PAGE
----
Life and death tethers us all together whether we acknowledge it or not. All communities celebrate and record births, and when the other side of the scales adjust to balance that out, all commonwealths mark death and even fete it. There exists one sole fabric that can’t be rent.
“This show is Jimmy’s gift to you,” announced one of its organizers and strongest voices, Christine Albert. “Every choice made at this concert was Jimmy’s wish.”
Letting go of someone may gut you one scintilla less when that person expressly aids those around them to that end. Jimmy LaFave, terminally frail in a wheelchair as he led a standing house in “Goodnight Irene,” allowed some 1,300 music fanatics of his adopted hometown to say their goodbyes to him, while making a last request of them that consumes his heart more than even cancer. A sharp pair of eyes would’ve already spotted that precious concern – 15 a week ago today – standing behind him among a chorus of some 50 strong.
“This is my son Jackson,” cried LaFave. “Take care of him please. I love him so very much. Take him into the community and nurture him.”
Not even Sarah Lee Guthrie reading an essay by her grandfather Woody Guthrie – LaFave’s north star as a writer, performer, interpreter – about the only thing that matters in this world could prepare anyone for the stark reality of the concert curator’s ultimate plea. Neither could the pronouncement made by nearly every performer after almost two-dozen song offerings: “I love you, Jimmy.” If it takes a village to raise a grownup, at least 1,300 Austinites will never let Jackson LaFave’s feet touch the ground. His serene smile and preternatural teen beauty reflected all that came before, not one minute of it funereal.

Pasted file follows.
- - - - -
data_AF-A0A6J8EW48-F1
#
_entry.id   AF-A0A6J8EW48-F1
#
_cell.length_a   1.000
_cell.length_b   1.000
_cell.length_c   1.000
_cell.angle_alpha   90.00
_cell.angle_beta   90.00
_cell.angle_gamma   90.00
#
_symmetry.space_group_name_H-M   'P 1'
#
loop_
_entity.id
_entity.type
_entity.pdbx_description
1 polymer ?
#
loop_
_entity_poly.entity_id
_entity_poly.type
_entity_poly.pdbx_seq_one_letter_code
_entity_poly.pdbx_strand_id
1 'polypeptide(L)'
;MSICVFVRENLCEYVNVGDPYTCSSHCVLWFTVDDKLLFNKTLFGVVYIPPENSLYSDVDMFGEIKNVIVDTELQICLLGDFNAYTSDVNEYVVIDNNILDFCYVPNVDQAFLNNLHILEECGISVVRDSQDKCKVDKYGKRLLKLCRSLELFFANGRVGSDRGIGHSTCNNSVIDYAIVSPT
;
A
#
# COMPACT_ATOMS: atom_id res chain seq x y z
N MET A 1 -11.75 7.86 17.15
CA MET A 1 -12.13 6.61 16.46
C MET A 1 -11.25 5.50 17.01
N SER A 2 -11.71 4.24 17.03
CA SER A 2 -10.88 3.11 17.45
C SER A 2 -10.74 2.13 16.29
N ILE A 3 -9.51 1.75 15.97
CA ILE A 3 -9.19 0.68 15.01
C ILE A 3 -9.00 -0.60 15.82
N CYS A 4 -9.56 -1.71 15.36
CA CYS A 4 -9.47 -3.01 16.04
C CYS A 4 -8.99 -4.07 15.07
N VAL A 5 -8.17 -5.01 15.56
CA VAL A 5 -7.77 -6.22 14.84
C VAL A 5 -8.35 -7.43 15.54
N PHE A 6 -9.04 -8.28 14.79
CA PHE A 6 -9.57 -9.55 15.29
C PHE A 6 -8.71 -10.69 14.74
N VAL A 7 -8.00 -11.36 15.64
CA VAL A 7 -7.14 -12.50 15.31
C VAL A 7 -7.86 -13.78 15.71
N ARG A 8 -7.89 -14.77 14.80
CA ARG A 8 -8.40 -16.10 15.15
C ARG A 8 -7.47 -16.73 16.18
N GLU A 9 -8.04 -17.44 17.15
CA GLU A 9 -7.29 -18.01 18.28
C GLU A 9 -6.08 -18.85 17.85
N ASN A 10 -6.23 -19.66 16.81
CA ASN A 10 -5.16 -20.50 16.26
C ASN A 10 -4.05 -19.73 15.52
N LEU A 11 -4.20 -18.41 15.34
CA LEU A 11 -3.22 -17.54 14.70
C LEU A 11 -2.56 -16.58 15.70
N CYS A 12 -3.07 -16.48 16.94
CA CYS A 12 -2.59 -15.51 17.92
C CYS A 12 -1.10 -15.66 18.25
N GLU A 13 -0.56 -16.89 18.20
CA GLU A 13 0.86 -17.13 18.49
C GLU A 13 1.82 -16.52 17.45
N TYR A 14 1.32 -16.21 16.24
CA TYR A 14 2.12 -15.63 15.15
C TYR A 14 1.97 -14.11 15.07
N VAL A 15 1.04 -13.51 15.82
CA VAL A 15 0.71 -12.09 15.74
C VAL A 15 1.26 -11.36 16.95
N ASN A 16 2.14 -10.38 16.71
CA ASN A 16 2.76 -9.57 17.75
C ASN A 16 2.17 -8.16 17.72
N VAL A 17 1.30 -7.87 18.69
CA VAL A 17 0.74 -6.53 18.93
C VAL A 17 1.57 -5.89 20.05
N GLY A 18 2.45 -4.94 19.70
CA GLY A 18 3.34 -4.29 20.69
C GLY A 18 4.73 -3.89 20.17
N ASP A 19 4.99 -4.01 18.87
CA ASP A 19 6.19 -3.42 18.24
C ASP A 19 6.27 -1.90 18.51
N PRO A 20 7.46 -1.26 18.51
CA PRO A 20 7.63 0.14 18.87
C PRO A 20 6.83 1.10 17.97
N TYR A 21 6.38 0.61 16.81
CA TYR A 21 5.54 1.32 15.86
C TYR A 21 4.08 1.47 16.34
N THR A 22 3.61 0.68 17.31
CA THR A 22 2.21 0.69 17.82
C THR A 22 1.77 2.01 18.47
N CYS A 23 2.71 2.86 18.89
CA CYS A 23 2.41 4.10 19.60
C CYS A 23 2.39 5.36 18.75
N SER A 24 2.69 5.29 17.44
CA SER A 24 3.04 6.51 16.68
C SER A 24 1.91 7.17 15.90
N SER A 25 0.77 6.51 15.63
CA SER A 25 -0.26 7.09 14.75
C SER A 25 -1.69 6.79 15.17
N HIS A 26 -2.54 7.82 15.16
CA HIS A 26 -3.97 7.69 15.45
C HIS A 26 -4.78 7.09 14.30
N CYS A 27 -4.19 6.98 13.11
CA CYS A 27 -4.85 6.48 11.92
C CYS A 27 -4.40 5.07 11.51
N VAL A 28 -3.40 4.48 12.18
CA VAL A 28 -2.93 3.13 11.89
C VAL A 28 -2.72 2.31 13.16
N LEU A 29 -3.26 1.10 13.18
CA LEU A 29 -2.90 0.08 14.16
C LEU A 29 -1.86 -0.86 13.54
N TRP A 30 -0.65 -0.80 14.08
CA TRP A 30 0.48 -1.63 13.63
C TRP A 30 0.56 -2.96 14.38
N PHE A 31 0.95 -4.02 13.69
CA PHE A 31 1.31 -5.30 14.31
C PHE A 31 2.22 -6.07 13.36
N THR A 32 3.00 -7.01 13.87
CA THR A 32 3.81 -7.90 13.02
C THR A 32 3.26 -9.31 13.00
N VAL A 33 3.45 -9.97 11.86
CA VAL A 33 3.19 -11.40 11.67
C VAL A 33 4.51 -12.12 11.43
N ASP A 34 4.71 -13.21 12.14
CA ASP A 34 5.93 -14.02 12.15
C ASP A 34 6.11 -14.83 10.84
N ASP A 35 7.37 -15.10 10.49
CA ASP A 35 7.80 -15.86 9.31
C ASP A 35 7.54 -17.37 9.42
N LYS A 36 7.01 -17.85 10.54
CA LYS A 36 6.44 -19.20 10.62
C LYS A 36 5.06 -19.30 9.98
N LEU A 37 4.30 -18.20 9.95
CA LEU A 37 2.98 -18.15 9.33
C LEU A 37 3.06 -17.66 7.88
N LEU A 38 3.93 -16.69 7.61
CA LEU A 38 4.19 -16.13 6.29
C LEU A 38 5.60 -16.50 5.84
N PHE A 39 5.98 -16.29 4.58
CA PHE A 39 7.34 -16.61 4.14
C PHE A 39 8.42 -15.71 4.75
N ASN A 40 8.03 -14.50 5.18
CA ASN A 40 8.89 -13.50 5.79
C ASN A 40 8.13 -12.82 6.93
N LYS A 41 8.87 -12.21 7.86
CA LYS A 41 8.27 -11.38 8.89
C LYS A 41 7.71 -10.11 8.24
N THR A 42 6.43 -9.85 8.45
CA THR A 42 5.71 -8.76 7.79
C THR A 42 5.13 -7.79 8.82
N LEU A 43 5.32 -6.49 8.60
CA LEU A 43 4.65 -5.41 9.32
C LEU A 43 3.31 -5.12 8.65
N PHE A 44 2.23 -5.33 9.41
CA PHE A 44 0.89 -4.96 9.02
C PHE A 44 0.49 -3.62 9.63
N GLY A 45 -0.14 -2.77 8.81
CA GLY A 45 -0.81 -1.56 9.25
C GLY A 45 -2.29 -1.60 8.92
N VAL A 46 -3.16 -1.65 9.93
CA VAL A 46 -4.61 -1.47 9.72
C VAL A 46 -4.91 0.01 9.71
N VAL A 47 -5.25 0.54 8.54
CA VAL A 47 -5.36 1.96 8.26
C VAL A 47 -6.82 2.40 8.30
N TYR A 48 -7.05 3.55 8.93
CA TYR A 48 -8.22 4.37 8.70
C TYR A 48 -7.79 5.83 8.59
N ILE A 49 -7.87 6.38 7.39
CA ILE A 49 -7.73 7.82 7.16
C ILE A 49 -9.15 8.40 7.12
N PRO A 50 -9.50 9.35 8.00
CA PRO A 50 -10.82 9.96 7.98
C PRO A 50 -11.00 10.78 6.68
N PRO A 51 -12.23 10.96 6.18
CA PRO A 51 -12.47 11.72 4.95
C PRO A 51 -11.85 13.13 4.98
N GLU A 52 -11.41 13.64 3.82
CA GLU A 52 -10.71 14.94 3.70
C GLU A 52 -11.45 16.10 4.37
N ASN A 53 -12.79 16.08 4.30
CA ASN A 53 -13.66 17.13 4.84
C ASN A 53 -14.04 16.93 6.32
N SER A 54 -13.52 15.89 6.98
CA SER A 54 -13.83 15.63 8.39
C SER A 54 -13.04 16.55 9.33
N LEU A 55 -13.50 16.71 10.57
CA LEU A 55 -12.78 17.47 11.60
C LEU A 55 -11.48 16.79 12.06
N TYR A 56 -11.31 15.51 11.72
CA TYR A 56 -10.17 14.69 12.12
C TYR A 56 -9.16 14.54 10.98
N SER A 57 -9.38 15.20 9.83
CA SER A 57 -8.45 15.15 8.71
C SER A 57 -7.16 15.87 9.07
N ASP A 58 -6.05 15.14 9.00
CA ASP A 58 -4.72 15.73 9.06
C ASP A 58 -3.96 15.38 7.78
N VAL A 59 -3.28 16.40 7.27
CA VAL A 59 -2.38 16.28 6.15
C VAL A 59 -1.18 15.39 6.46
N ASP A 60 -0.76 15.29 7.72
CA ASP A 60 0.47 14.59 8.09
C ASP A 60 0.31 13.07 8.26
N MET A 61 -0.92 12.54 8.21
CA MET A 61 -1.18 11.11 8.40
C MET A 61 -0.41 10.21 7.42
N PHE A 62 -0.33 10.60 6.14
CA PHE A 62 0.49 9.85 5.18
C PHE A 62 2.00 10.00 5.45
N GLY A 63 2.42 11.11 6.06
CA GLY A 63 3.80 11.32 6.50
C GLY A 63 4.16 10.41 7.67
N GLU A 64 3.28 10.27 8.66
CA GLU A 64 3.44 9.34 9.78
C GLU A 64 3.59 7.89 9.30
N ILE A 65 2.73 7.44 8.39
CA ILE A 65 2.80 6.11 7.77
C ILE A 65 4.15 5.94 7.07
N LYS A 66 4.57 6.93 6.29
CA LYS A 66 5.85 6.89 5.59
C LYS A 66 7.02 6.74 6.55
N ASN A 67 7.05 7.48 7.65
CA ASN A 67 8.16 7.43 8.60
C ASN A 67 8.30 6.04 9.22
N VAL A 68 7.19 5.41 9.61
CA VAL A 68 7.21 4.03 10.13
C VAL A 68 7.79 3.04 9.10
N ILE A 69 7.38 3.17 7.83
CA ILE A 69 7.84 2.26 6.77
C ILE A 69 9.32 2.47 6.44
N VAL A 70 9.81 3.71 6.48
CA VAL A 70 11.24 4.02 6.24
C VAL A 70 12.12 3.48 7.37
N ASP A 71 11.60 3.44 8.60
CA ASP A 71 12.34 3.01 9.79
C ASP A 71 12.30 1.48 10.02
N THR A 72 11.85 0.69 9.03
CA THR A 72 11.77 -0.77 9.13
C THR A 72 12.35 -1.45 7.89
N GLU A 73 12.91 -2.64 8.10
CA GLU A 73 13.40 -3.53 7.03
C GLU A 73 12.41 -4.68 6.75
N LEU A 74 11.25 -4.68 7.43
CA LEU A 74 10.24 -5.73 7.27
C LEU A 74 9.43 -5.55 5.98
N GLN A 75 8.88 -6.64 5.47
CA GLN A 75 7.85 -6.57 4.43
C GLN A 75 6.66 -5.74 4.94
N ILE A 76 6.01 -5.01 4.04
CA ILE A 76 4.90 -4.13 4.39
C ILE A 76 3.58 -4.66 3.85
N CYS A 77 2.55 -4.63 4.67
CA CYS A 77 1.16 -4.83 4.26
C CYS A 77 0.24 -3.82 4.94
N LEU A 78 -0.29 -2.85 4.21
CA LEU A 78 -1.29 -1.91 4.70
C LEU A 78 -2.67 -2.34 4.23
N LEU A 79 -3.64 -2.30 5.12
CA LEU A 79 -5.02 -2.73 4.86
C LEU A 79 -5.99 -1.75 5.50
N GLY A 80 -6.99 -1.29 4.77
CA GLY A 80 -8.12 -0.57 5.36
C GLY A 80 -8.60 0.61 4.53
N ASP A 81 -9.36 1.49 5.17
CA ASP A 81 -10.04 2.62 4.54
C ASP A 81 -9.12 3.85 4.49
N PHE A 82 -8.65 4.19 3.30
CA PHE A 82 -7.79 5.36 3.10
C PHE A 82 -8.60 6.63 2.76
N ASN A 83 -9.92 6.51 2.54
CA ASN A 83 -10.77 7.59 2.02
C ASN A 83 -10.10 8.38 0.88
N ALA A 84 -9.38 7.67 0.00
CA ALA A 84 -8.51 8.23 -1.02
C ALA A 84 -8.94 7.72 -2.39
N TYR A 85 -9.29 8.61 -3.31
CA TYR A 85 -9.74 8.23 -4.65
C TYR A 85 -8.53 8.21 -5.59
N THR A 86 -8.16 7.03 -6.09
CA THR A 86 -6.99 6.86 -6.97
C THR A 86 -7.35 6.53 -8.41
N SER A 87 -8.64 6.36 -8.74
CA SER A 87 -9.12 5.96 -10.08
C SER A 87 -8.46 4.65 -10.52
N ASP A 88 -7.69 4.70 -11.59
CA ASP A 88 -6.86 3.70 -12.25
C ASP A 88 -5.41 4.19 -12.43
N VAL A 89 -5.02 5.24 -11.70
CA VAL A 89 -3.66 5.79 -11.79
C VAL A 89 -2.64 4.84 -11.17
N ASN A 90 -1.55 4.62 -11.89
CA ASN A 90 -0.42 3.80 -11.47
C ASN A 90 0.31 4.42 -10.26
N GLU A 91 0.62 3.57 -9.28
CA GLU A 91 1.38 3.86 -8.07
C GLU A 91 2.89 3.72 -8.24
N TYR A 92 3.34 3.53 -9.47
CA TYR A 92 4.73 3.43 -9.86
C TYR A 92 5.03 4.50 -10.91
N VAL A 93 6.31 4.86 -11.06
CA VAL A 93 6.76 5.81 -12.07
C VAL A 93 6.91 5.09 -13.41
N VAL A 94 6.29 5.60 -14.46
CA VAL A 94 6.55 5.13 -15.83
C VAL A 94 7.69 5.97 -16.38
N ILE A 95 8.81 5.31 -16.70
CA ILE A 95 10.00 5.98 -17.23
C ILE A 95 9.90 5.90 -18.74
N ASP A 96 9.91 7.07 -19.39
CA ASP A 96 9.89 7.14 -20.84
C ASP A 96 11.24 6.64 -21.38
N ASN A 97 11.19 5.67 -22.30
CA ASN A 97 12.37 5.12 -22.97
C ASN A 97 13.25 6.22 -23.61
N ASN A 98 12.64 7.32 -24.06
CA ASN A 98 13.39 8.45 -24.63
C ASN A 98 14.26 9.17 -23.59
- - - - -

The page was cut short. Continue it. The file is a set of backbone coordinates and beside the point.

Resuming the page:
Open an artery and what flows out does so thick and saturated in shades of red rarely produced anywhere else in nature. Jimmy LaFave practically invented that key, and many of the goose bumps raised last night, all night tapped that vein, beginning with Albert in the third slot – one song and off by every artist as paced by teddy bear emcee Jody Denberg. Each one looked down to a stage-front section of LaFaves sitting around their ailing focal point and said their “peace and love,” to quote Guthrie.
Ellis Paul’s climbing tenor evoked LaFave’s pleasingly so on “I Ain’t No Jesus,” a tune from his new album. Far from fielding a hootenanny of all LaFave material, the playlist maker assembled a masterful mosaic of old and new, his and theirs, as spined by Guthrie, for whom many (LaFave, Eliza Gilkyson, Slaid Cleaves) had spent a dozen years on the road spreading his gospel. Tish Hinojosa and Abra Moore dusted off siren songs that had prompted LaFave to fold them into his creative harem.